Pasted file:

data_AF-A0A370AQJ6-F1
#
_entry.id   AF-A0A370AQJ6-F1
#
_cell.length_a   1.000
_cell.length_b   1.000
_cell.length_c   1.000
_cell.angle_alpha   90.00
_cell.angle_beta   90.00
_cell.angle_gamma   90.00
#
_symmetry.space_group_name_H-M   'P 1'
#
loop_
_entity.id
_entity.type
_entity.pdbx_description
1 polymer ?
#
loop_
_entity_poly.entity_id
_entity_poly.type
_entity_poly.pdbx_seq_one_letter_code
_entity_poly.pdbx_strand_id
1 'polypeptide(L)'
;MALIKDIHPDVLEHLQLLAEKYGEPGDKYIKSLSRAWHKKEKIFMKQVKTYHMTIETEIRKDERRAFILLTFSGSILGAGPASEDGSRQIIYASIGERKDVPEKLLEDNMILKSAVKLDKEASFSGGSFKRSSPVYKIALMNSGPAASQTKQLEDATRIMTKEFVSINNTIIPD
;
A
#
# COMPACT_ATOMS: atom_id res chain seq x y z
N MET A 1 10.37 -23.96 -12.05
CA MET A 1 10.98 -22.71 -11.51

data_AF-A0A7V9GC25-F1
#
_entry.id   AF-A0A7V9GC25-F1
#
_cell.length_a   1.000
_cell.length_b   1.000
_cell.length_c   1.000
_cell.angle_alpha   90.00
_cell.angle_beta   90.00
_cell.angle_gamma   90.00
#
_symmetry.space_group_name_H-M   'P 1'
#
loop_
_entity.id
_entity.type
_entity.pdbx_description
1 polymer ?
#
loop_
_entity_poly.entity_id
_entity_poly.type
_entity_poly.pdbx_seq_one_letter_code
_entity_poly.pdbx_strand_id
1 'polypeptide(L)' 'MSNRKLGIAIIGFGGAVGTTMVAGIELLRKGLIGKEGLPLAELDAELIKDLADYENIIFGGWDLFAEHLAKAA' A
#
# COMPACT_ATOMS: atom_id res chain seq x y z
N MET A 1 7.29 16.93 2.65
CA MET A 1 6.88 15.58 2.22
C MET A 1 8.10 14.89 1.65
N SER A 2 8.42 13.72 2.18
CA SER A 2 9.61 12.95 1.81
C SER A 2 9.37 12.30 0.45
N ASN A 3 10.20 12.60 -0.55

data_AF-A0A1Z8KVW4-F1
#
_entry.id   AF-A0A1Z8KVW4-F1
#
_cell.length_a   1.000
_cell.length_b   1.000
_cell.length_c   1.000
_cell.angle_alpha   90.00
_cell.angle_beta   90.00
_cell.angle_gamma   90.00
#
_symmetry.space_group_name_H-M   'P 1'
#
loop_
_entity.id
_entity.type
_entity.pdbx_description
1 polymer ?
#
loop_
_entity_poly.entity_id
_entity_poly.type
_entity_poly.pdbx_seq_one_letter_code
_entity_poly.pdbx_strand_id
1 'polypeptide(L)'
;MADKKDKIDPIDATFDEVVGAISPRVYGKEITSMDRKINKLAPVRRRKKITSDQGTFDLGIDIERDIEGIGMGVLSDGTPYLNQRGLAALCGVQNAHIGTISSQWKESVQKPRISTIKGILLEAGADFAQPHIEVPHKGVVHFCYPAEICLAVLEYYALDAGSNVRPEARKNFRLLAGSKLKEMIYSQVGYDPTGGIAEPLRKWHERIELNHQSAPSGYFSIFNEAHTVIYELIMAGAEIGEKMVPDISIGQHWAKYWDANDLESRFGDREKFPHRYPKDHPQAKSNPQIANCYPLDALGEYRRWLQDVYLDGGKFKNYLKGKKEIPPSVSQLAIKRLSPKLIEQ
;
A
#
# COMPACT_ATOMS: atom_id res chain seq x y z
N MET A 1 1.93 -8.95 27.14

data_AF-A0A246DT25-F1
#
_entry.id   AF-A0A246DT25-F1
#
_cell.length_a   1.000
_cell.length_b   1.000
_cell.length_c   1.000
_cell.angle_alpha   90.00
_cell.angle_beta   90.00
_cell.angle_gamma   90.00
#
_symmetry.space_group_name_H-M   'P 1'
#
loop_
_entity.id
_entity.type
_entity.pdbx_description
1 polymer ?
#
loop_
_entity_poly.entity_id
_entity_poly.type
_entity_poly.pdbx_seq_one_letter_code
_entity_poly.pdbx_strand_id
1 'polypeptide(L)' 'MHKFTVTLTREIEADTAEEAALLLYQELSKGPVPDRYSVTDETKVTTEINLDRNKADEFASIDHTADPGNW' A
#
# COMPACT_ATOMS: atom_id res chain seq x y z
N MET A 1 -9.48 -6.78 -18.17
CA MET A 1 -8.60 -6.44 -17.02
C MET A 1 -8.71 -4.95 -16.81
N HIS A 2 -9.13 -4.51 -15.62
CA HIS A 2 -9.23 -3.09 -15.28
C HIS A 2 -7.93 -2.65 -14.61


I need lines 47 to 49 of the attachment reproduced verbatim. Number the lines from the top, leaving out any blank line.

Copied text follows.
_entity.id
_entity.type
_entity.pdbx_description